Watercolor portrait: Strength

Strength Watercolor on Arches #300 © 2014 Margaret Sloan
Watercolor on Arches #300
© 2014 Margaret Sloan


My thought while I painted this portrait at Ted Nuttall’s workshop at Kowana Valley Folk School and Lodge was “strength despite frailty.” This is of my mom. She’s been very ill through out the last year, but she still is strong enough to make dinner, work in the garden, and boss us all around. She’s also quite beautiful, and was pretty nice about posing for about 500 photographs for me.

I’m thinking that I maybe made another breakthrough at the workshop. I hope so. I’m liking what I’m doing. What a delightful week that was!

If you go back to this post, you can see the tiny abstract paintings that I found in this larger work. Can you tell where they were?

But now it’s back to getting ready for Open Studios. The first weekend is May 3 and 4!

Things learned and a few abstractions

Abstract 1
Abstract 1

Last week I lived beyond cell phone and internet reach as I  attended a week long workshop taught by watercolorist Ted Nuttall. As I expected, I learned so much (yes, the back of my head blew off a couple times!). Let me share just a few of the most important concepts I took away from this wonderful experience..

1. Slow down. No, I mean s-l-o-w d-o-w-n. I spent a lot of time thinking about my next brush stroke. Where should it go? What color should it be? How would it react with the other colors already on the paper? When I finally acted, it was with intention rather than panicked splashiness.

Abstract 2
Abstract 2

2. Think abstractly. This was probably the single most important concept I tried to internalize. I’ve been unhappy with my work lately, finding it a bit flat, and lacking the broken color and fine edges that make my head ring with internal music. By concentrating on making each small passage its own tiny abstract painting, (that of course, relates to the whole image) I was able to add interest and visual variety to otherwise flat passages.

Abstract 3
Abstract 3

3. Think color. I tend to get stuck in one single color: orangey-red flesh tone. But that’s not what a person looks like. Skin tones are made up of many different hues and chromas. By varying color, saturation, and value, the painting is not only more exciting, but more like life. So I went (a little) crazy with color, using combinations I don’t normally choose.

Abstract 4
Abstract 4

4. Be uncomfortable. I made a decision that every brush stroke I put down would make me uncomfortable. I not only walked a watercolor tight rope, but I bounced a bit on the artistic high wire.  Sometimes my brushstrokes set me teetering and wheeling, but after a bit of nail biting (and whining), I regained my balance and continued  painting. You know what? Those seemingly near disasters turned out to be the best parts of the painting.

My workshop painting is still not quite finished, so I’ll not post it yet, but I’ve cropped a few of the tiny abstract paintings that make up the whole. I find them quite lovely all by themselves.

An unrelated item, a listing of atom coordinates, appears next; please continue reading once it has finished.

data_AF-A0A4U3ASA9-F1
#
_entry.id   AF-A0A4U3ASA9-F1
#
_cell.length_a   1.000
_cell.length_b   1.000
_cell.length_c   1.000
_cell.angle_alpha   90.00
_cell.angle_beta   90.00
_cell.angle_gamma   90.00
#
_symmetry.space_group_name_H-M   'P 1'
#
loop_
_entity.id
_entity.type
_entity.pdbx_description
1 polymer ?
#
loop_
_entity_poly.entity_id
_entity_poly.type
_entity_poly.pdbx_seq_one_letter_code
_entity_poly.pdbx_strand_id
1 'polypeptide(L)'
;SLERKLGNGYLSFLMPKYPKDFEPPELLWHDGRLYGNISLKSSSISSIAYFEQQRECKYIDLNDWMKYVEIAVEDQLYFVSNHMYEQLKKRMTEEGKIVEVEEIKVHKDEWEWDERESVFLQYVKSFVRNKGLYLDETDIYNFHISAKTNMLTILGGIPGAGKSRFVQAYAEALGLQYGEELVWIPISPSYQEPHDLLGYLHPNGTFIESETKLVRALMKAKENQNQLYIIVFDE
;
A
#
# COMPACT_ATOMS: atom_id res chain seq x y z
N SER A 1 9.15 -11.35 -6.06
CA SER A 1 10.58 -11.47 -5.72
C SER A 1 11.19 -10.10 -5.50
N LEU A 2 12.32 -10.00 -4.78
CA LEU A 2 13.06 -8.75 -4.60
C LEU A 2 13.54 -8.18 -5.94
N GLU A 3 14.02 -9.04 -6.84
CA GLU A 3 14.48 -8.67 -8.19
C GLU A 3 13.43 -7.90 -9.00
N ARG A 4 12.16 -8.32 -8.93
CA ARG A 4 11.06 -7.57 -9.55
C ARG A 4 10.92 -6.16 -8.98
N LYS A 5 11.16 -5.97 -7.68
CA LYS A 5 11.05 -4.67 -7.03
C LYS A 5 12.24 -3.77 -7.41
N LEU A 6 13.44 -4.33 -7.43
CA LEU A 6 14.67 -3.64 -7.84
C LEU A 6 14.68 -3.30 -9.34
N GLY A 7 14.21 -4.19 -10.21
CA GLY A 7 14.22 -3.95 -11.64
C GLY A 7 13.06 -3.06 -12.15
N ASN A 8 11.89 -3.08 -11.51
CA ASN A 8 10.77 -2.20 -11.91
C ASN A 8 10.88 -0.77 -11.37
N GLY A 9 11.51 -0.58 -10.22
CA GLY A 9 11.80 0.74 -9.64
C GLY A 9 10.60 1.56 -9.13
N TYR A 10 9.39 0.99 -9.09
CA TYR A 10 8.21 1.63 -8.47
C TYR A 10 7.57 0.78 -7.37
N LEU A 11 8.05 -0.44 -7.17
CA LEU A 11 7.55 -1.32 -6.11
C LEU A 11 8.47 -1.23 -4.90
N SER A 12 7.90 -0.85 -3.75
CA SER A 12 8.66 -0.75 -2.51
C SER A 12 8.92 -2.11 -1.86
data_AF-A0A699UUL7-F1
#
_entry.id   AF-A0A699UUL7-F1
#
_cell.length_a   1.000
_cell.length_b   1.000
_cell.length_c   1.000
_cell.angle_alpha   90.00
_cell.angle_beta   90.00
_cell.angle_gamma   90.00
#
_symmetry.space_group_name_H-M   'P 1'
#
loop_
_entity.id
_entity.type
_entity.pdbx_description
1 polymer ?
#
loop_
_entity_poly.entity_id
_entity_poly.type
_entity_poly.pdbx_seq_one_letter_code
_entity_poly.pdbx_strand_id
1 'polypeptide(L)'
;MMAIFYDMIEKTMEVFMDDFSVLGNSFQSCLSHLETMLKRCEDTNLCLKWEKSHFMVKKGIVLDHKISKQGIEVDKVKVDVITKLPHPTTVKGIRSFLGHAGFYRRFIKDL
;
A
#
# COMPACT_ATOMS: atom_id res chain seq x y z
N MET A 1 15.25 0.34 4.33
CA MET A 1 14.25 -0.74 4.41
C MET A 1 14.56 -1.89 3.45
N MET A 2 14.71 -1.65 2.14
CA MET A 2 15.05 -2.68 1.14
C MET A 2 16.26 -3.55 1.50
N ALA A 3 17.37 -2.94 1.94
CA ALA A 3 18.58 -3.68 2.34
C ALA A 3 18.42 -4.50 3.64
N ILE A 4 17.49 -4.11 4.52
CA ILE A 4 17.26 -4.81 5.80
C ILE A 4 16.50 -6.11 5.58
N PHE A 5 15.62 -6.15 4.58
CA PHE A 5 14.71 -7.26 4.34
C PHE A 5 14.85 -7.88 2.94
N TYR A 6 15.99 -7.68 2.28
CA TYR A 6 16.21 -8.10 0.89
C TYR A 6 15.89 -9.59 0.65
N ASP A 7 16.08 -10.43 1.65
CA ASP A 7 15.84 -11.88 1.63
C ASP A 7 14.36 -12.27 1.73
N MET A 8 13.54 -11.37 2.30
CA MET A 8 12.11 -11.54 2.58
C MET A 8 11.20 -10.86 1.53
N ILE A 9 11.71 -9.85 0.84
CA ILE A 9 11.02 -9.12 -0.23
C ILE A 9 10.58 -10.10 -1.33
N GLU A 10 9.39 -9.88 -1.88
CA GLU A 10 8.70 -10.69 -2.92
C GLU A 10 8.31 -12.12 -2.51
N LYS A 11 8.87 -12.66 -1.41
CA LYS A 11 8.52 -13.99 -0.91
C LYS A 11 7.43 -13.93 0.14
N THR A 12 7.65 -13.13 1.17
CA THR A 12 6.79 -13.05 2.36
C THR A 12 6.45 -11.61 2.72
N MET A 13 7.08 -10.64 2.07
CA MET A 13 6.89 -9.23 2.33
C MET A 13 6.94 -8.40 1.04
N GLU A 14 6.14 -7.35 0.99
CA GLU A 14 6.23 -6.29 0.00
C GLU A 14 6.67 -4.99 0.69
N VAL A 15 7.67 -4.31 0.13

The eyes have it

Painting is not all flow and happy splashing. There’s a fair amount of angst as well. Tears. Ranting. Tantrums sometimes ensue.

Especially when, after hours of work, the painting looks like this:

beginning of baby painting
Early photo of baby painting

I start to get a little nervous. Happy Baby now looks like  Zombie Baby (my apologies to babies and zombies everywhere.) But as someone once said, painting is an act of controlled panic.

My portrait teacher, Rob Anderson, taught me to put the eyes into a portrait last, or at least later, so that they don’t distract you from the rest of the face. I generally try to abide by that; I find that as I work on the surrounding face, I sometimes have to redraw the eyes a bit. But there comes a point when the lack of eyes is more distracting than not having eyes.

Even after more work and adding eyes, this painting still disturbs. My blood pressure and frustration level are rising.

beginning of baby painting
Beginning of painting, with eyes added

But when I finally put in the eyes, the painting began to lose some of the creep factor. But not all. I’m really getting worried that time, my most precious resource, has been frittered on a loser painting. I’m babbling and ranting at this point.

My fiddler, the best coach I have, said, “be quiet and forge ahead. If it’s ruined now, you’re not going to make it worse.”

So, after a few more hours of painting and public radio, my blood cortisol level has gone down as the painting begins to take shape.

baby painting
Unfinished watercolor on Arches #300 hot press
© Margaret Sloan 2014

There are still some things I’m unhappy about, like the yellow I just added to the face (the yellow is exaggerated by the photo, but not by much), but I’m not so worried about that. A cooler color layered transparently over that bright yellow will soften it, and the brightness will glow through the coolness.

Next: Finishing up.

Watercolor portrait

Watercolor portrait

Portrait of Norm
9″ x 12″
Watercolor on Arches #300 paper
© 2013 Margaret Sloan

This is the entire portrait—the face that belongs with the teeth in my tutorial.  (I’m posting this with permission from the client.)